By Dan Whitcomb
LOS ANGELES (Reuters) - Firefighters in California will be tested by vicious winds on Friday morning as they battle a huge wildfire that has claimed the life of one of their colleagues and torched more than 700 homes.
Cory Iverson, 32, a California Department of Forestry and Fire Protection engineer, was killed on Thursday while tackling the so-called Thomas Fire in Ventura and Santa Barbara counties.
"Cory Iverson ... made the ultimate sacrifice to save the lives of others," said Ventura County Sheriff Geoff Dean during a community meeting on Thursday night.
Fire officials released little information about the circumstances surrounding Iverson's death. The Los Angeles Daily News reported that he perished in an accident near the community of Fillmore, where a mayday alert was sounded.
Santa Ana winds and humidity in the single digits has helped stoke the blaze that has swept through dry vegetation since it erupted on Dec. 4 near a small private college in Ojai. It has since blackened more than 249,000 acres (about 390 square miles, or 1,000 sq km) and is now the fourth-largest wildfire on record in California since 1932.
On Friday morning powerful winds are forecast which will subside during the day, the National Weather Service said.
"Winds will weaken Friday, turn westerly early Saturday, then become offshore and gusty again late Saturday night through Sunday evening," the service said in an advisory.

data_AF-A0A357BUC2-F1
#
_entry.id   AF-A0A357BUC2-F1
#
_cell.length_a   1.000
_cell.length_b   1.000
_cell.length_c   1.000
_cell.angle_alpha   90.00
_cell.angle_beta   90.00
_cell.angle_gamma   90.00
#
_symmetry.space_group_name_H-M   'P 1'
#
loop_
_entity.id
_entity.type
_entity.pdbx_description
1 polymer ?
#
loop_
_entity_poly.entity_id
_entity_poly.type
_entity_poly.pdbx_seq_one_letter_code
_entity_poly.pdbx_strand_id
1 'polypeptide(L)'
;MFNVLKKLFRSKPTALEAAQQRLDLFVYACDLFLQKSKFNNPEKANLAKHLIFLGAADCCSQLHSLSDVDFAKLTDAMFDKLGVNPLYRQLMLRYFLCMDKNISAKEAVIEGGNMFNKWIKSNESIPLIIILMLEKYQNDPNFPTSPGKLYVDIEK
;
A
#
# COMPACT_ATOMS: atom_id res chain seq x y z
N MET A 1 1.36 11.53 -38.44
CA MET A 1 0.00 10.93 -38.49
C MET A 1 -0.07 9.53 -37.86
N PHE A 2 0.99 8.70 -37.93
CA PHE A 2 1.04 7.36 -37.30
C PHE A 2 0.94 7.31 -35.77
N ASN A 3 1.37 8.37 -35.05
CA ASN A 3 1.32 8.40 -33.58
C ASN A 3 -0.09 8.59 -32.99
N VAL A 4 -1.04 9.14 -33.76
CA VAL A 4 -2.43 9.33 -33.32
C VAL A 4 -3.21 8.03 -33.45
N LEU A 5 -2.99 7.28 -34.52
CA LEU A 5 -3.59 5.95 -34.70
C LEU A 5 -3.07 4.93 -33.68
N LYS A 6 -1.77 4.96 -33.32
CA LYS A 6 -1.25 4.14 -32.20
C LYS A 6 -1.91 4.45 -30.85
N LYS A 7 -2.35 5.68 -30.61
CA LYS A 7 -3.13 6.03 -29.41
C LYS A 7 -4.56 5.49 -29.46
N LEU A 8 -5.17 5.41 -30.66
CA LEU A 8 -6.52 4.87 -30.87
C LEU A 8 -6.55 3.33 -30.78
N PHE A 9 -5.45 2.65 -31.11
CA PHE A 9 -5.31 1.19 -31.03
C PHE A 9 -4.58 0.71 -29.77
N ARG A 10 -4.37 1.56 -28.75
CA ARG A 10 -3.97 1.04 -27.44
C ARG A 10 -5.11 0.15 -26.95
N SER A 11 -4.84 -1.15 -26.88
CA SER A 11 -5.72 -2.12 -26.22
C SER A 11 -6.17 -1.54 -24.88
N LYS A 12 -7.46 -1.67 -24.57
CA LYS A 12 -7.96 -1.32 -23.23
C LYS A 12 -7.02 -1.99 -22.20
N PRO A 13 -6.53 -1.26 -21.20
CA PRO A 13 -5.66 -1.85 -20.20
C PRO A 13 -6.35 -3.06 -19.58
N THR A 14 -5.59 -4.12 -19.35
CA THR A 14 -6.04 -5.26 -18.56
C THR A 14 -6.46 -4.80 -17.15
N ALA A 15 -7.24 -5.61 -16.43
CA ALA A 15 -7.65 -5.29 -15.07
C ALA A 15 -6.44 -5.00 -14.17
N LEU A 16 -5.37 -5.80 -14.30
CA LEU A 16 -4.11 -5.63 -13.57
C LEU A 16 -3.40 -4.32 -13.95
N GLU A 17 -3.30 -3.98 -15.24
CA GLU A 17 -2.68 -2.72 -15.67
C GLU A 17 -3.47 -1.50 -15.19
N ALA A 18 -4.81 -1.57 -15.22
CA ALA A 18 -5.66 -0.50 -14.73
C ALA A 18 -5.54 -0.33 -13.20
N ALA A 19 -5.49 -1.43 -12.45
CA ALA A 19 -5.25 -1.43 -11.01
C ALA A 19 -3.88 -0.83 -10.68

The wildfire remained a threat to some 18,000 homes and other structures in the communities of Santa Barbara, Carpinteria, Summerland and Montecito along California's coastline, especially if hot, dry Santa Ana winds return.
The Thomas Fire, which was 35 percent contained as of Thursday evening, has burned 729 homes to the ground and damaged another 175. The blaze has displaced more than 94,000 people.
The fire and others to the south in San Diego and Los Angeles counties have disrupted life for millions of people over the last 11 days.
They have caused schools to close for days, shut roads and driven hundreds of thousands from their homes and into shelters. The fires are also responsible for poor air quality throughout Southern California, forcing some commuters to wear protective face masks, local media reported.
(Additional reporting by Brendan O'Brien in Milwaukee; editing by Andrew Roche)